Casey drew up a great play, an alley-oop to Glenn Robinson III. But Pascal Siakam made an even better play to knock the ball out of bounds.

The Pistons’ second play of the possession proved even more effective, as Bullock slipped toward the rim and hit the game-winner.

What a satisfying victory for Casey.

Reports: Steve Kerr chose and Warriors players supported suspending, not fining, Draymond Green

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The Warriors suspended Draymond Green one game for his argument with Kevin Durant during and after Golden State’s loss to the Clippers on Monday.

Sam Amick of The Athletic:

Jackie MacMullan on ESPN:

What about an internal fine? And what I was told this morning was that the rest of the players on this team didn’t support that, that the rest of the players on the team felt this had to be to done and that they’re all prepared, on that plane ride to Houston today, to get those guys together and put this behind them for now.

Marcus Thompson II of The Athletic:

Green was surprised by the heavy-handedness. A fine was expected. Green had just come back from injury, giving him a rest day for Tuesday’s game against Atlanta and a private fine would have been an acceptable rebuke of his behavior. He was fined a few thousand dollars when he went after Kerr in the locker room in Oklahoma City in 2016. He didn’t think this incident was nearly as bad, so the punishment being drastically worse was shocking.

I wonder whether Green will feel as if the Warriors are ganging up on him. Many see his suspension as Golden State’s attempt to appease Durant before free agency, and the original issue escalated because Green thought there was already too much emphasis on Durant’s free agency. This could push a stubborn Green deeper into a corner.

Or he could realize his peers wanted him suspended and see that as a wakeup call. He might put more stock in that than Kerr’s point of view.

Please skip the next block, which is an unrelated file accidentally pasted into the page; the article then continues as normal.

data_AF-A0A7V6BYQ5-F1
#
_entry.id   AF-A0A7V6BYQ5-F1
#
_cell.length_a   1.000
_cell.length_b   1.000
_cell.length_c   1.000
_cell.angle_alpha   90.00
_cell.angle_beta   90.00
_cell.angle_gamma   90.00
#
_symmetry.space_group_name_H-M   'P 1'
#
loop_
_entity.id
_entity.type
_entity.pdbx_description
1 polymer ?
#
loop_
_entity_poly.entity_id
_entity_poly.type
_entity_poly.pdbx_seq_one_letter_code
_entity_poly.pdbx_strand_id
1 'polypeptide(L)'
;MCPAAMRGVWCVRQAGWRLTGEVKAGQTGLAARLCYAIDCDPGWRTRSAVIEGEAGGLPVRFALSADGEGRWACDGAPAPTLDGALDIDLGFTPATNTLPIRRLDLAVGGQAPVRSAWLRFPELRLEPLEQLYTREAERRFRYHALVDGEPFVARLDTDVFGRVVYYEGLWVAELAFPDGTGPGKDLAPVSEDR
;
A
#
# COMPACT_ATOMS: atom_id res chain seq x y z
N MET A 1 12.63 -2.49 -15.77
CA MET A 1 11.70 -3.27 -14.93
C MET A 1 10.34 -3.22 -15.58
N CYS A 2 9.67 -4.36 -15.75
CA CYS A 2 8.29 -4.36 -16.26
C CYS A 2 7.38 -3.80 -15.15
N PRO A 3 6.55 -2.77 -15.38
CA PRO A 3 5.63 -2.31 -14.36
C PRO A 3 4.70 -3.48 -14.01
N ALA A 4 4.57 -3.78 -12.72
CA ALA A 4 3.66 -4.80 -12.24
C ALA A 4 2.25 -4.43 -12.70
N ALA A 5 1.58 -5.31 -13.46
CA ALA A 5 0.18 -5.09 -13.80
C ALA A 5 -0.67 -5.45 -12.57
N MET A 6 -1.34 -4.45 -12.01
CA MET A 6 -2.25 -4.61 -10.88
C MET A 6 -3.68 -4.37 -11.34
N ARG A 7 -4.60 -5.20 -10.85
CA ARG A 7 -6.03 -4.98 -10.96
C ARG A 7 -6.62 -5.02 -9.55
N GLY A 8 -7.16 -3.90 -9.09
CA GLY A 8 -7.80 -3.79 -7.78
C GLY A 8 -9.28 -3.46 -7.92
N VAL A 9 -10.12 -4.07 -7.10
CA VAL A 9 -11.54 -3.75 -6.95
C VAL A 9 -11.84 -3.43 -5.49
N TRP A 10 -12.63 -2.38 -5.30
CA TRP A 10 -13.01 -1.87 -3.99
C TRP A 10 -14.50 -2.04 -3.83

It’s too early to determine how this will go, but the starting point is apparently a divide between Green and everyone else.

Kyrie Irving, teammate of 12-year-veteran Al Horford: Celtics need 14- or 15-year veteran for leadership

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The Celtics just had a 1-4 road trip, the lone win coming in overtime against the lowly Suns. Most Boston players (except Marcus Morris and, lately, Kyrie Irving) look out of sorts offensively.

Irving, via Chris Forsberg of NBC Sports Boston:

Looking at this locker room, me being in my eighth year and being a ‘veteran’ as well as Al [Horford] and [Aron] Baynes. Right now I think it would be nice if we had someone that was a 15-year vet, a 14-year vet that could kind of help us race along the regular season and understand it’s a long marathon rather than just a full-on sprint, when you want to play, when you want to do what you want to do.

Al Horford is in his 12th season. His team, the Hawks then Celtics, have made the playoffs every season of his career.

I’m not sure Irving intended this as a slight of Horford. Irving certainly didn’t forget about Horford, whom Irving mentioned the sentence prior.

But I’d definitely understand if Horford felt slighted. He’s experienced enough to provide that veteran leadership. So is Irving for that matter.

Ultimately, these comments might prove benign, just more weird words from Irving. Still, they’re potentially significant enough to keep an eye on Boston’s leadership situation.